Merric Boyd

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Merric Boyd
William Merric Boyd

(1888-06-24)24 June 1888
St Kilda, Victoria
Died9 September 1959(1959-09-09) (aged 71)
Murrumbeena, Victoria
EducationNational Gallery School
Known forPottery
MovementBernard Hall, Frederick McCubbin / John Perceval
Spouse(s)Doris Boyd (née Gough) (m. 1915)

William Merric Boyd, known commonly as Merric Boyd (24 June 1888 – 9 September 1959), was an Australian artist, active as a ceramicist, painter, and sculptor. He was given the fine distinction of being the father of studio pottery in Australia.

The Boyd family of many generations includes painters, sculptors, architects and other arts professionals, commencing with Boyd's father Arthur Merric Boyd. Boyd's brothers were Penleigh, a landscape artist, and Martin, a writer. His sister was painter Helen Read. Together with his wife, Doris, they raised noted Australian artists including painters Arthur and David, and sculptor Guy. Subsequent generations of the Boyd family are or were active in the arts.


The second of five children of Arthur Merric Boyd (1862–1940) and Emma Minnie à Beckett (1858–1936) who were both established painters, Boyd was born on 24 June 1888 in the Melbourne suburb of St Kilda, in Victoria. Arthur Merric Boyd and family were supported financially by Merric's maternal grandmother Emma à Beckett. It was Emma's fortune, inherited from her father John Mills, an ex-convict who founded the Melbourne Brewery, that allowed their family to live comfortably.[1] Boyd lived in Sandringham where he was educated at Haileybury College until he was eight. The family moved permanently to the family farm at Yarra Glen and Boyd attended Dookie Agricultural College with aspirations of turning his hand to farming; and then he considered entering the Church of England as a minister; later good model material for Martin Boyd's award-winning 1955 novel, A Difficult Young Man.[2]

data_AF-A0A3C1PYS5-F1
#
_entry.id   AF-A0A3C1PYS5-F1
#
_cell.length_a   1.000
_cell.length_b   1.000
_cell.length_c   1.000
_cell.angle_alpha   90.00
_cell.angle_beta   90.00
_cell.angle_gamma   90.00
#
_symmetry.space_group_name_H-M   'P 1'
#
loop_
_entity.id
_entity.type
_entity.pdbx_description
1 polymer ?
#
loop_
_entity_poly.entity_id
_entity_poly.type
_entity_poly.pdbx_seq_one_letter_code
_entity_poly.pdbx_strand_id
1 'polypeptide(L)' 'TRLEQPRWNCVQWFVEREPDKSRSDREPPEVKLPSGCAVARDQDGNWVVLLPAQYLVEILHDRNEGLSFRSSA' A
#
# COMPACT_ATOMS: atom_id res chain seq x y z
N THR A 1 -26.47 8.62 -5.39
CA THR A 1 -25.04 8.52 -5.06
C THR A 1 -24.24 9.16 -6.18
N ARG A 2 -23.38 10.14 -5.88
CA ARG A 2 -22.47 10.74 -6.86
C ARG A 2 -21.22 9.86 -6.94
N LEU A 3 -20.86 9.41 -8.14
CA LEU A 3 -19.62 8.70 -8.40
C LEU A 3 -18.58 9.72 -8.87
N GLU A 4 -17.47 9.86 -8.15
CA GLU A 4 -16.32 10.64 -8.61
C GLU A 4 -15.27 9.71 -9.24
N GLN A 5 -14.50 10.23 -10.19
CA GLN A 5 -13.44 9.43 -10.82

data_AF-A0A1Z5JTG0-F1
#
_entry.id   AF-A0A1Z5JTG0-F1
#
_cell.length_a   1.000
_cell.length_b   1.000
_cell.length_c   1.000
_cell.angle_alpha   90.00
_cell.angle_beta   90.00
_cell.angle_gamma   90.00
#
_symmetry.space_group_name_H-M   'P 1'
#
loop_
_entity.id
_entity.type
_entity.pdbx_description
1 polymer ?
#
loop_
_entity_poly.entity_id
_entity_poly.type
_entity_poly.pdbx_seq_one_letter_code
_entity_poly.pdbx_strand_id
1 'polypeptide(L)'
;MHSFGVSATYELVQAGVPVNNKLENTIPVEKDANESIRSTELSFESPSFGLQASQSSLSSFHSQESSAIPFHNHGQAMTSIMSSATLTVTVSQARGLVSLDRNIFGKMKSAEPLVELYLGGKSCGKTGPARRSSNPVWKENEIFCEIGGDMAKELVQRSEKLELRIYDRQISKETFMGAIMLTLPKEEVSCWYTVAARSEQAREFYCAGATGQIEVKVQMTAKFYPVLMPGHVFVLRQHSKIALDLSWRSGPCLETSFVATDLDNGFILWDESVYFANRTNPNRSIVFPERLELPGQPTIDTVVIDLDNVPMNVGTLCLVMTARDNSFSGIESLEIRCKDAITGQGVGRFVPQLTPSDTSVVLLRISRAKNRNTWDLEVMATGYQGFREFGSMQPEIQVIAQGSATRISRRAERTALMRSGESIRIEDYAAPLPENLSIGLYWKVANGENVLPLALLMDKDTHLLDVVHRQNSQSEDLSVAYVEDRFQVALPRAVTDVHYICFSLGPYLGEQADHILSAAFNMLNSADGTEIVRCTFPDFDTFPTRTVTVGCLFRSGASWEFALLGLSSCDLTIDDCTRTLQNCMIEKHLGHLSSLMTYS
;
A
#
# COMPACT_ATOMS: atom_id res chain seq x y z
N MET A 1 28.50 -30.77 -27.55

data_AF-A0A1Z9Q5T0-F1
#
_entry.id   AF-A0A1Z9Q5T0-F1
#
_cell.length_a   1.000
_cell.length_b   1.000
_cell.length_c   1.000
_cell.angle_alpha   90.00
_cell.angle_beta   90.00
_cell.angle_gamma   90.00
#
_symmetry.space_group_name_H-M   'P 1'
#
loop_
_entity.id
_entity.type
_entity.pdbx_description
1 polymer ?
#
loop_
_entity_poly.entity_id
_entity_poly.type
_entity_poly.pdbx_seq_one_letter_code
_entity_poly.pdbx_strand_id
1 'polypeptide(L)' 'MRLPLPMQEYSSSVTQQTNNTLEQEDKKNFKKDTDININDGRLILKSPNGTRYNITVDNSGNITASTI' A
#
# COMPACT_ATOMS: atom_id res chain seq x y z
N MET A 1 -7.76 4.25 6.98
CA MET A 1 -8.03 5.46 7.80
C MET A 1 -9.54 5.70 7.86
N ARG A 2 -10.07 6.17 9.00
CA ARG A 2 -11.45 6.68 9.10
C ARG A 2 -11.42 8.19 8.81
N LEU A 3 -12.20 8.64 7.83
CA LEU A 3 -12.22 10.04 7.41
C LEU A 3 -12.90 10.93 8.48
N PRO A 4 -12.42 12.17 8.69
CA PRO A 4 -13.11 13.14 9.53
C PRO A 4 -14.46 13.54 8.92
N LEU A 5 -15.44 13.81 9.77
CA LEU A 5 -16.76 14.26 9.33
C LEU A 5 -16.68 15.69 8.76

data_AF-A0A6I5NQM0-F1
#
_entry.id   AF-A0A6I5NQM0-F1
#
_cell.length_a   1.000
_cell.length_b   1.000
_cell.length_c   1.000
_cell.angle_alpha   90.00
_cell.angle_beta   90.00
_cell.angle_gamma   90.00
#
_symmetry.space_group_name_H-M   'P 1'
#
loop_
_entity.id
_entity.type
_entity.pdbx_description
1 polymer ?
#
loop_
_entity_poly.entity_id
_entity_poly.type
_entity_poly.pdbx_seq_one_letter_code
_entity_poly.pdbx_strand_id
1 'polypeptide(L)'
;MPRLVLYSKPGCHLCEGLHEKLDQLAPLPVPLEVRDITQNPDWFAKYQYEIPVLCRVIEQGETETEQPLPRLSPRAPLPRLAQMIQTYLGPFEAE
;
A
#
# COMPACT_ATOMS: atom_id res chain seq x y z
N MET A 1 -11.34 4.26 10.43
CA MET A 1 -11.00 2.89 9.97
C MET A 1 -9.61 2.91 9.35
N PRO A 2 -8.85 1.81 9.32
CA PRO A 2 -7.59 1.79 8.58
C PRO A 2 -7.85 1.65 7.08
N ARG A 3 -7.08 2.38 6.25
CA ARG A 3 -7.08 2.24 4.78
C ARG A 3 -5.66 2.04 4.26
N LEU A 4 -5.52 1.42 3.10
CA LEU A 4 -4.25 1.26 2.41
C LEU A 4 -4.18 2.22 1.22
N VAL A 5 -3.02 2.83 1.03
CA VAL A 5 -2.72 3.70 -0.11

In 1908 at Archibald McNair's Burnley Pottery, Boyd successfully threw his first pot. Boyd established a workshop at Murrumbeena and pottery kilns were established there in 1911 with the support of his family. He studied under Bernard Hall and Frederick McCubbin at the National Gallery School and held his first exhibition of stoneware in Melbourne in 1912 and his second exhibition soon afterwards. Boyd was employed by Hans Fyansch of the Australian Porcelain Works, Yarraville.[2]

In 1915 he married Doris Lucy Eleanor Bloomfield Gough, a fellow student and potter. Boyd joined the Australian Flying Corps but was discharged later in England. Before returning to Australia in September 1919 he undertook training in pottery technique at Josiah Wedgwood and Sons', Stoke-on-Trent.[2]

Boyd's best works were produced between 1920 and 1930; mostly pieces for domestic use, often decorated by Doris, and some pottery sculptures. He and Doris often used Australian flora and fauna as decorative tools, in spite of his aversion to creating works that would sell well.[2] The Boyd's Murrumbeena workshop was destroyed by fire in 1926.[3] Boyd worked commercially and was able to provide for his family as he and Doris raised painters Arthur and David, and sculptor Guy and their two daughters Lucy and Mary. Mary, the youngest, married artist John Perceval, and later Sydney Nolan.[4]

Subject to epileptic fits[3] and somewhat of a recluse in his latter years with a strong interest in Christianity, Merric Boyd died at Murrumbeena on 9 September 1959. His wife, Doris, died nine months later.[2]

See also[edit]


  1. ^ Niall, Brenda (1988). Martin Boyd: A Life (Print). Carlton, Victoria: Melbourne University Press.
  2. ^ a b c d e Tipping, Marjorie J. "Boyd, William Merric (1888–1959)". Australian Dictionary of Biography. National Centre of Biography, Australian National University. Retrieved 20 May 2013.
  3. ^ a b Smith, Sue (1999). "Arthur Boyd (1920–1999): An obituary". Grafico Topico. Retrieved 19 May 2013.
  4. ^ Niall, Brenda (2002). The Boyds. Melbourne: Melbourne University Press. ISBN 0-522-84871-0.

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